Other films made by Mazursky during this time include the Hollywood satire Alex in Wonderland (1970), the cutting Los Angeles relationship comedy Blume in Love (1973), the semi-autobiographical coming of age story Next Stop, Greenwich Village (1976), the New York City-based Jules and Jim homage Willie & Phil (1980), the contemporary Shakespeare comedy Tempest (1982), the Caribbean-set political farce Moon over Parador (1988), and the acclaimed Isaac Bashevis Singer adaptation Enemies, a Love Story (1989).
Film critic Roger Ebert was a particular fan of Mazursky's work, giving six of his films the optimal four stars in his reviews. In 1986, Ebert stated that "Mazursky has a way of making comedies that are more intelligent and relevant than most of the serious films around."
Mazursky experienced less success in the 1990s, beginning with Scenes from a Mall (1991), starring Woody Allen and Bette Midler. Following his filmmaking satire The Pickle (1993), which was his last writing credit, Mazursky worked only sporadically as a director on such films as Faithful (1996), Winchell (1998), and Coast to Coast (2003). His final film was the independent documentary Yippee (2006).
Every film written and directed by Mazursky used New York City or Los Angeles as one of its settings. In 1991 the Los Angeles Times commented that "No filmmaker has been wiser or funnier about the L.A. cavalcade than Mazursky. It’s not simply a matter of being hip to the scene; what makes such L.A. movies as Bob & Carol & Ted & Alice and Alex in Wonderland and Blume in Love and Down and Out in Beverly Hills soar is Mazursky’s wide-eyed infatuation with the city’s rampant pop nuttiness."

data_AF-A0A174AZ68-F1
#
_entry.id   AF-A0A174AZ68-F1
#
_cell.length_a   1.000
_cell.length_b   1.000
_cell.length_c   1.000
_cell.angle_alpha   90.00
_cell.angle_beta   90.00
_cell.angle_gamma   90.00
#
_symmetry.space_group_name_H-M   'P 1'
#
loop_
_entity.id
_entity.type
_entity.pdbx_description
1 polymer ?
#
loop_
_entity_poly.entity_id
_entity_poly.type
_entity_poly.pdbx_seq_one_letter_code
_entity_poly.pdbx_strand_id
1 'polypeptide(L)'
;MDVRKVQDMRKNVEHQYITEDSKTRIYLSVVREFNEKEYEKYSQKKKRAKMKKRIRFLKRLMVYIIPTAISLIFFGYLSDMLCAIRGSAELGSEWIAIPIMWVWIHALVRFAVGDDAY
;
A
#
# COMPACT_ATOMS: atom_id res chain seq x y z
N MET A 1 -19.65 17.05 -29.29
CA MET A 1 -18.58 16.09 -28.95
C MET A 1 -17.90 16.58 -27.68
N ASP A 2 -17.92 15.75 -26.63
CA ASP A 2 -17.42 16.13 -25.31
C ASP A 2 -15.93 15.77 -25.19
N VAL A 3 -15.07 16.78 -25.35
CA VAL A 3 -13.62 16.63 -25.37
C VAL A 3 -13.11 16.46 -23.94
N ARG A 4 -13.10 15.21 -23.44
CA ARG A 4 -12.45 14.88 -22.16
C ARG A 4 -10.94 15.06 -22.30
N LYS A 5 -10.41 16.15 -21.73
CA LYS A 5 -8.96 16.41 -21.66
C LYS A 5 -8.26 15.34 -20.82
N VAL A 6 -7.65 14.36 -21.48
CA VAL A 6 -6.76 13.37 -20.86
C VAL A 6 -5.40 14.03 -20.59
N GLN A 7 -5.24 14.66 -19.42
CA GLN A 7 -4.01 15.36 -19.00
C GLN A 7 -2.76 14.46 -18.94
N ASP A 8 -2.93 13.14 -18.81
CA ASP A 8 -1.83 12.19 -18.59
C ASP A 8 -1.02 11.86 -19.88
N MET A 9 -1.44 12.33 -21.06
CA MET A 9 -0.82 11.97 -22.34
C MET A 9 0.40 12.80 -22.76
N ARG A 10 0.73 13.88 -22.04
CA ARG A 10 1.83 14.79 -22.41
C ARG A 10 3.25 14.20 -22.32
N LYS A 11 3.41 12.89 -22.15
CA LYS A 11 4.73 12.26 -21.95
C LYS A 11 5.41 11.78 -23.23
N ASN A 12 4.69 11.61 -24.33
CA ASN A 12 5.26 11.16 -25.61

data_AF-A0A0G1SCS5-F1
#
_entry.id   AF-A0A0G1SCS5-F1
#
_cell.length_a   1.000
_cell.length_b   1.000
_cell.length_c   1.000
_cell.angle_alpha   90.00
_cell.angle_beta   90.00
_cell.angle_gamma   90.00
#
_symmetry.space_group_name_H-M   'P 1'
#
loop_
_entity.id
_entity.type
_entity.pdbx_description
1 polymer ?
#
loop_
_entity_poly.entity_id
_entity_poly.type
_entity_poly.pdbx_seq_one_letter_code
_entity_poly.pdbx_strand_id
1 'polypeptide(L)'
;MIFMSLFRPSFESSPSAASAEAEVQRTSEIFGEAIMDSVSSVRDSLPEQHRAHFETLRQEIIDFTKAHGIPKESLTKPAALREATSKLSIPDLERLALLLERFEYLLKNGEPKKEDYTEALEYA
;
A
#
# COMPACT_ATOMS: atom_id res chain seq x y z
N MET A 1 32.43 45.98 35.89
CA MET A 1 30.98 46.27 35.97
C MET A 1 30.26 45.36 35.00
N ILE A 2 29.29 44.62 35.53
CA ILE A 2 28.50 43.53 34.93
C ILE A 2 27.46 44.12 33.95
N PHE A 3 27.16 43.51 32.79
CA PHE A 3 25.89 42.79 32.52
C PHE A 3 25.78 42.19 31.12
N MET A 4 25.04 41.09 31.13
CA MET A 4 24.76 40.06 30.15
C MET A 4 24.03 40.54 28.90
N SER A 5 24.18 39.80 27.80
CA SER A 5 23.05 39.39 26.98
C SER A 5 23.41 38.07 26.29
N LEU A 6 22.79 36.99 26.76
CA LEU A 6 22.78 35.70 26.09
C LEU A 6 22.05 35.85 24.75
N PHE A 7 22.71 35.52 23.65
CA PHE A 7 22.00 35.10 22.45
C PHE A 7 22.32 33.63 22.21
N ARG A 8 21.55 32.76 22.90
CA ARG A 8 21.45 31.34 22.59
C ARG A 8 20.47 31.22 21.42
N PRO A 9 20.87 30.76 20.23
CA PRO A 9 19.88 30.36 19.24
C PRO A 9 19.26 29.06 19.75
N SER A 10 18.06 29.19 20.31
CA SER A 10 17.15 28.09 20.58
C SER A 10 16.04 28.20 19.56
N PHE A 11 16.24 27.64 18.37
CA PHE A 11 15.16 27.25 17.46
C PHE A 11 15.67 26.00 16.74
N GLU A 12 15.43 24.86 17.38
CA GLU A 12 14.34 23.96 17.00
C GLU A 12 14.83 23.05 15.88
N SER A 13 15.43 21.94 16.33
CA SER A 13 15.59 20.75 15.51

His films received a total of twelve Academy Award nominations, with one win, and nineteen Golden Globe nominations, with two wins.
In his autobiography Show Me the Magic (1999), Mazursky recounts his experiences in filmmaking and with several well-known screen personalities including Peter Sellers.
Mazursky received five Academy Award nominations, four for his screenplay writing on Bob & Carol & Ted & Alice (1969), Harry and Tonto (1974), An Unmarried Woman (1978) and Enemies, a Love Story (1989), and once as producer of An Unmarried Woman (nominated for Best Picture). He was also twice nominated for a Golden Globe and twice for the Cannes Film Festival's Palm d'Or, among many other awards.
In 2000, he was the recipient of the Austin Film Festival's Distinguished Screenwriter Award.
In 2000, he was awarded the Amicus Poloniae (Latin: "Friend of Poland"),which is a distinction, established by the Polish ambassador to the United States and conferred annually to the citizens of the United States for merits in the field of Polish-American relations.
In 2010, the Los Angeles Film Critics Association honored him with an award for Career Achievement.
On December 13, 2013, Mazursky was awarded the 2,515th star of the Hollywood Walk of Fame, in front of Musso & Frank Grill. Friends and collaborators Mel Brooks, Richard Dreyfuss, and Jeff Garlin were all present.
On February 1, 2014, at the WGA Awards, Mazursky received the Screen Laurel Award, which is the lifetime achievement award of the Writers Guild of America. Comedian, filmmaker and close friend Mel Brooks presented the award.
In May 2014, Mazursky received the Best of Brooklyn Award at his alma mater Brooklyn College's annual gala in New York City.
As writer and directorEdit
As writer onlyEdit
|1966||The Monkees||TV pilot |
Co-written with Larry Tucker
|1968||I Love You, Alice B. Toklas||Feature film |
Co-written with Larry Tucker
Nominated - Writers Guild of America Award for Best Original Screenplay
As director onlyEdit
|1996||Faithful||Feature film |
Written by Chazz Palminteri
Nominated- Golden Bear
|1998||Winchell||Television film |
Written by Scott Abbott
|2003||Coast to Coast||Television film |
Written by Frederic Raphael
Selected acting creditsEdit
|1953||Fear and Desire||Pvt. Sidney|